While share based incentive plans are a powerful tool in the rewards portfolio, there are clear areas that need to be carefully attended to, for an organisation to reap full benefits. There are challenges that needs to be carefully addressed. 


If the design of the share based incentive plan is not right, it may fail to meet the objectives. The design must be robust and impactful. Organisations need to spend maximum time in deciding the design features taking into consideration the objectives, market trends, regulatory requirements, current and future business projections within the overall employee reward and retention framework.

It is important for organisations to maintain a fair balance between the interests of the employer and employees. A fine balancing act between the organisation and employee.

Regulations governing share based incentive plans are more complex than other types of retirement and rewards plans. Compliance function need to be familiar with these. Organisations need to ensure compliance with all the regulations such as company law, SEC/CSE regulations, income-tax regulations and exchange control regulations which impact the share based incentive plans.

Very often share based incentive plans fail if the employee’s question of ‘what’s in store for me’ remains unaddressed. Organisations need to ensure that the value proposition of share based incentive plans is appropriately communicated to employees so that employees value the plan and remain committed to the organisation. To the extent possible, organisations should also maintain transparency with the employees on critical design features since it helps in building trust between them.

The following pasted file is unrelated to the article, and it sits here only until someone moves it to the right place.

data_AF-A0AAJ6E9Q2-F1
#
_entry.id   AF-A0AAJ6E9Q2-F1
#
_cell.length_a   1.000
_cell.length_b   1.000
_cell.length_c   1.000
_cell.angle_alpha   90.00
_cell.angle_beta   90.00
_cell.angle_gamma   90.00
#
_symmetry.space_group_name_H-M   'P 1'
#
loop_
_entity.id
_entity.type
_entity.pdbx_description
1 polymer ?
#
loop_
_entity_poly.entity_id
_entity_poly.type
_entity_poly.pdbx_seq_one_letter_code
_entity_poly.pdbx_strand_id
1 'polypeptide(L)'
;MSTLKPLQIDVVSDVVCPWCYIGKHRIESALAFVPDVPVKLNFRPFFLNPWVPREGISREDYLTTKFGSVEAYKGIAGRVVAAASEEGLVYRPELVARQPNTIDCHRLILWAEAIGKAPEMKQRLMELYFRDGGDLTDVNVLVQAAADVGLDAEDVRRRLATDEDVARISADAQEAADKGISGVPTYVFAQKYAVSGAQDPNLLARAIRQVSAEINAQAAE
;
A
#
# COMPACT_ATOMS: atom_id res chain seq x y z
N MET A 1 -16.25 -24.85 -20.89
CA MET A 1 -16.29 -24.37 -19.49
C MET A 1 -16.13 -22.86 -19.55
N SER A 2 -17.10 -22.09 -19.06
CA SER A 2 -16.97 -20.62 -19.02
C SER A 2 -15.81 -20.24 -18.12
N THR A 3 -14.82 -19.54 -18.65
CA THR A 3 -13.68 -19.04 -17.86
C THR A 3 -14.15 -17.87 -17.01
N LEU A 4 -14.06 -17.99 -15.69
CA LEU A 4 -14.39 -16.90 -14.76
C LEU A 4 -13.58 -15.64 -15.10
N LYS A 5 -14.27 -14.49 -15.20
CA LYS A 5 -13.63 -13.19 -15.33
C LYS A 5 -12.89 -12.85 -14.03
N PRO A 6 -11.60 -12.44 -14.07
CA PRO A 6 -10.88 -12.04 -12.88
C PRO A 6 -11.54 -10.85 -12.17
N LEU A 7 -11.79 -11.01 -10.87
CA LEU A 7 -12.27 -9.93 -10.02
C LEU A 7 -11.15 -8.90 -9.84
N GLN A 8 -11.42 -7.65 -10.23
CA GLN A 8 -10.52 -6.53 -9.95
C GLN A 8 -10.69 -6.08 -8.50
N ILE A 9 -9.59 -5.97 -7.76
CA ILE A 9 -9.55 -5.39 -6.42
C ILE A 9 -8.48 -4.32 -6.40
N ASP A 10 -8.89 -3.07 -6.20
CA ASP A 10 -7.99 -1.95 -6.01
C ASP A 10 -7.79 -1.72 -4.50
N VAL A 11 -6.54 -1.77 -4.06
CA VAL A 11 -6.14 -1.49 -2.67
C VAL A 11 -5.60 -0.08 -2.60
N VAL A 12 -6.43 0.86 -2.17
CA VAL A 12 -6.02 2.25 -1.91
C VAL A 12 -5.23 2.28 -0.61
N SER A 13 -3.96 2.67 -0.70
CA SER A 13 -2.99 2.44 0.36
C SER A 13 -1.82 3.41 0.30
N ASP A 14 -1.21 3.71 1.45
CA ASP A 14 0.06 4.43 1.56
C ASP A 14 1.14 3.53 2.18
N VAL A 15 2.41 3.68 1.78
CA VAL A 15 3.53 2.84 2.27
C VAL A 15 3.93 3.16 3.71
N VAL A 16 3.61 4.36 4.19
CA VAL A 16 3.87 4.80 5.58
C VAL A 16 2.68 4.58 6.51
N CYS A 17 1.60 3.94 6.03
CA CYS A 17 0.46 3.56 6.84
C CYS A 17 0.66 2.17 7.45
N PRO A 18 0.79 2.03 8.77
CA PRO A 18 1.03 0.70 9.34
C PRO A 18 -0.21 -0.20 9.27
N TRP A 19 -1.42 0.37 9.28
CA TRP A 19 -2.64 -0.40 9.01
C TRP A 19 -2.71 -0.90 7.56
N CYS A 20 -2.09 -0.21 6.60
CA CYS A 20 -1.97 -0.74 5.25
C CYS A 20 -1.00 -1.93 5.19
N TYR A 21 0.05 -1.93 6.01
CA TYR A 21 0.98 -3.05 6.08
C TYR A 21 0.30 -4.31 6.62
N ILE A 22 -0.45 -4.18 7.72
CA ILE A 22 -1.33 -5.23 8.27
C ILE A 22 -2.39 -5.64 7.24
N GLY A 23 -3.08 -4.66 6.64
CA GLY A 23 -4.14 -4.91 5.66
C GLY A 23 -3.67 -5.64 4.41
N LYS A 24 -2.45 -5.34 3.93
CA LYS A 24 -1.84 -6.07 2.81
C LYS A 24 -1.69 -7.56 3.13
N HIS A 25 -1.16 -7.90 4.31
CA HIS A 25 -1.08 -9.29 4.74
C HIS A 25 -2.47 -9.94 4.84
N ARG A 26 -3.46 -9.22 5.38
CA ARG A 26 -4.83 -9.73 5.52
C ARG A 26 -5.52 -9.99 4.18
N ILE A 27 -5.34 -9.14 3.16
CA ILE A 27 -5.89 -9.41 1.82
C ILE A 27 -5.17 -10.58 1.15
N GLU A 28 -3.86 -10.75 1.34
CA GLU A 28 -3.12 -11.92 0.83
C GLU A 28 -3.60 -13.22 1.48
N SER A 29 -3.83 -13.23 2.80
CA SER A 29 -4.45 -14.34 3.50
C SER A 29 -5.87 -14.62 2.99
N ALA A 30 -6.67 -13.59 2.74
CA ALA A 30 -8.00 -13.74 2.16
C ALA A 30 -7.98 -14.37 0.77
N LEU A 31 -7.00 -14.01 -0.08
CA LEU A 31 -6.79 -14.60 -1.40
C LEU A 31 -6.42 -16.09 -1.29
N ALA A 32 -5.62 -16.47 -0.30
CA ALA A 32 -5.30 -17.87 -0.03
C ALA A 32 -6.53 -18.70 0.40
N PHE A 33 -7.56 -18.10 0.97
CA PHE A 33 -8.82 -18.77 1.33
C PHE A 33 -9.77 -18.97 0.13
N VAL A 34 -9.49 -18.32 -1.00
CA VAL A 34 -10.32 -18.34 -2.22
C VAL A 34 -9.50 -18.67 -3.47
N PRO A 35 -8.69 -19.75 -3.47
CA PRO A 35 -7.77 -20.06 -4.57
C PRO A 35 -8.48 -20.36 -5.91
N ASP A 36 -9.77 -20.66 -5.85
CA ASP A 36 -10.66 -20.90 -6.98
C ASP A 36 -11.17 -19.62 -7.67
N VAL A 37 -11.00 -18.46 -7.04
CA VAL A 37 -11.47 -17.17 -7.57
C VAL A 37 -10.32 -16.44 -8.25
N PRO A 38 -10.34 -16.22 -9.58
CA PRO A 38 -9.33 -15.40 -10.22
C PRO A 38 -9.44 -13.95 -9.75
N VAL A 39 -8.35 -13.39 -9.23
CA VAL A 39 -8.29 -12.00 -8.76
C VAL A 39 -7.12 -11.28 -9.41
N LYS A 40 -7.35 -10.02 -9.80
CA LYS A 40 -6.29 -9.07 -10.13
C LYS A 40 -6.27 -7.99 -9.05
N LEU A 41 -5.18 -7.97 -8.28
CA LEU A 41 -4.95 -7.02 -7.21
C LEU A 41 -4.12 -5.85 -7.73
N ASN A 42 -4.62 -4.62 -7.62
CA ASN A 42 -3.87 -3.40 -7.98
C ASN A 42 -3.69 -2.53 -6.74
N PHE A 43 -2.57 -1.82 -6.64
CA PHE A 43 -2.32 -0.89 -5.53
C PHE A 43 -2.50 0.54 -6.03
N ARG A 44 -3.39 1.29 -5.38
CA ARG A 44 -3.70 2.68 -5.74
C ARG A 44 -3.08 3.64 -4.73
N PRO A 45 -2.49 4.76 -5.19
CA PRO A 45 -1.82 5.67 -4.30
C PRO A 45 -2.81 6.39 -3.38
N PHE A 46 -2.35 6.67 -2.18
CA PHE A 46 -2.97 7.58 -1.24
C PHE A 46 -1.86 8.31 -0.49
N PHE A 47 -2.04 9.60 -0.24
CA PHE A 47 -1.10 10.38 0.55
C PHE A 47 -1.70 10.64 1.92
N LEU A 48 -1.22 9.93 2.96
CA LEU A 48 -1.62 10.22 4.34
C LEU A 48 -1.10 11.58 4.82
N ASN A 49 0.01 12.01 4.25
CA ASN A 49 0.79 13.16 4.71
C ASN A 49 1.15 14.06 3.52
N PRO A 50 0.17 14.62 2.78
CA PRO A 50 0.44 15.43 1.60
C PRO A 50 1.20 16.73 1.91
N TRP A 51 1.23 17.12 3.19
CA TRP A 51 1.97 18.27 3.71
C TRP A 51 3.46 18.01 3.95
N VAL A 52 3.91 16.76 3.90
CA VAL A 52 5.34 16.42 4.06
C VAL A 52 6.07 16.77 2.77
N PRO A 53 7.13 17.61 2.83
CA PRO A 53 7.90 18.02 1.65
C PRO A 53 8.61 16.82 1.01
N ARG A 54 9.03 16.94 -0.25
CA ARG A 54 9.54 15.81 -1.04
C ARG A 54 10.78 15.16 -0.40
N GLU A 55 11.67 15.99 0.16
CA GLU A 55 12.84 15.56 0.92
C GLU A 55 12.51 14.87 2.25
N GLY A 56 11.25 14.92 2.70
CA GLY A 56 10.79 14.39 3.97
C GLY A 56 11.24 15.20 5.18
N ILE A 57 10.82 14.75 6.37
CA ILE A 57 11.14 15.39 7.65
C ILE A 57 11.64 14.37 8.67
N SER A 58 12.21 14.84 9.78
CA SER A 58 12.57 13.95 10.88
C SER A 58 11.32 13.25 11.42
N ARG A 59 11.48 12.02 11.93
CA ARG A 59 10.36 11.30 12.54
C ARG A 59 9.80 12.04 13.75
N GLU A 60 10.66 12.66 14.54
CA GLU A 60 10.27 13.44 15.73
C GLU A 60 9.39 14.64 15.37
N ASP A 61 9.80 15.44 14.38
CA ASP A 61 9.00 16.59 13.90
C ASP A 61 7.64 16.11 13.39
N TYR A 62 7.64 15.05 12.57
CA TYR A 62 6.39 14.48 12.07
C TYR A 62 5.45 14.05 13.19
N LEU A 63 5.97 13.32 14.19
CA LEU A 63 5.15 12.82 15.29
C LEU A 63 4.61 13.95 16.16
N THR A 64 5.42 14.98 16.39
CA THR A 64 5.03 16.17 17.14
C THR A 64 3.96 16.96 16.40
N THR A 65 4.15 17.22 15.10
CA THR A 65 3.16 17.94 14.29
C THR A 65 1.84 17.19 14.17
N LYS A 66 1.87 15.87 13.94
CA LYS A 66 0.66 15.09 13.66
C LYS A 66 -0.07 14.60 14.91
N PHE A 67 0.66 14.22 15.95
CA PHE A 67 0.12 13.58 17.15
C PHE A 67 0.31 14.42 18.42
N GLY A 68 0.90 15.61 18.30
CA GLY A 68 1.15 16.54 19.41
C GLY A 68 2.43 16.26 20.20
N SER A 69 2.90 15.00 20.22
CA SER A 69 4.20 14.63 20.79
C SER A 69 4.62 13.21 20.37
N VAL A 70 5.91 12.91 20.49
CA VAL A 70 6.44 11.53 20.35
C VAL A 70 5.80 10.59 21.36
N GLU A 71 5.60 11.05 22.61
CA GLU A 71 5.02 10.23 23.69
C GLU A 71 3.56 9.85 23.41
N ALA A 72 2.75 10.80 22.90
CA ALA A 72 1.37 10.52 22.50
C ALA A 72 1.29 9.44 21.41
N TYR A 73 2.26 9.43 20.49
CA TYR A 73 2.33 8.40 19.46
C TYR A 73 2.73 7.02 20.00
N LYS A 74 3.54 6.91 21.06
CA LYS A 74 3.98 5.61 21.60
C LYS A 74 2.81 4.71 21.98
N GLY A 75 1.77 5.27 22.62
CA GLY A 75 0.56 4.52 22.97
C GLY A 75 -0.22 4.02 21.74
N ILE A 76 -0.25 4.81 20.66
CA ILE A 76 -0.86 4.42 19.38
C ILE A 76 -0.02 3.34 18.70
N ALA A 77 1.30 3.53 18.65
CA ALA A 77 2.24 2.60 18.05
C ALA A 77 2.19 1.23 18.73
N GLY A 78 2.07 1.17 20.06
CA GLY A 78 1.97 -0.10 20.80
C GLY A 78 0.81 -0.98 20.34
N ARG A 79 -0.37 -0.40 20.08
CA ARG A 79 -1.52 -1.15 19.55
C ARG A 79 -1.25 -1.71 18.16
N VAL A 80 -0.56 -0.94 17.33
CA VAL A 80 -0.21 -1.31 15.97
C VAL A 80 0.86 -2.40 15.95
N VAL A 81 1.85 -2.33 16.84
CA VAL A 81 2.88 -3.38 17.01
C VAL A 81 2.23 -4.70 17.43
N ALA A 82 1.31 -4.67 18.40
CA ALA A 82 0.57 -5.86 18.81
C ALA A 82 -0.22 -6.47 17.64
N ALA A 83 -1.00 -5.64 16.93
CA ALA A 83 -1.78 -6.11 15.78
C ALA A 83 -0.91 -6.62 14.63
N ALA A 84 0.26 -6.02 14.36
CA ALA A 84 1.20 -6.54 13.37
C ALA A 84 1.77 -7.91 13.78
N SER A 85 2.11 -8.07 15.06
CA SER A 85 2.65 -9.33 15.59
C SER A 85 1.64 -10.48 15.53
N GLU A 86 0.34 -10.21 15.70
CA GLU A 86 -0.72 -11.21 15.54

If there are unexpected and unforeseen challenges/changes in the future, share based incentive plans may not remain relevant both for the organisation and the employees. Ongoing relevance of the plan is very important. Employers need to review the share based incentive plan periodically to ensure appropriate changes are made to keep the plan attractive for employees and to meet objectives of the organisation.

The Art and the Science

Herath in conclusion stated: “Companies have immense potential to attract and retain key talent. To unleash this potential, organisations need to balance short term reward tools that provide for timely recognition; and longer-term armour that provides the unique opportunity for wealth creation linked to an organisation’s net worth appreciation. Stock option plans are a powerful means for serving the long-term reward agenda. One can craft from a variety of constructs and scheme design options, to create something that’s most fit-for-purpose. Designing the stock option scheme is like a fine blend of art and science, which then creates a solid foundation for success.”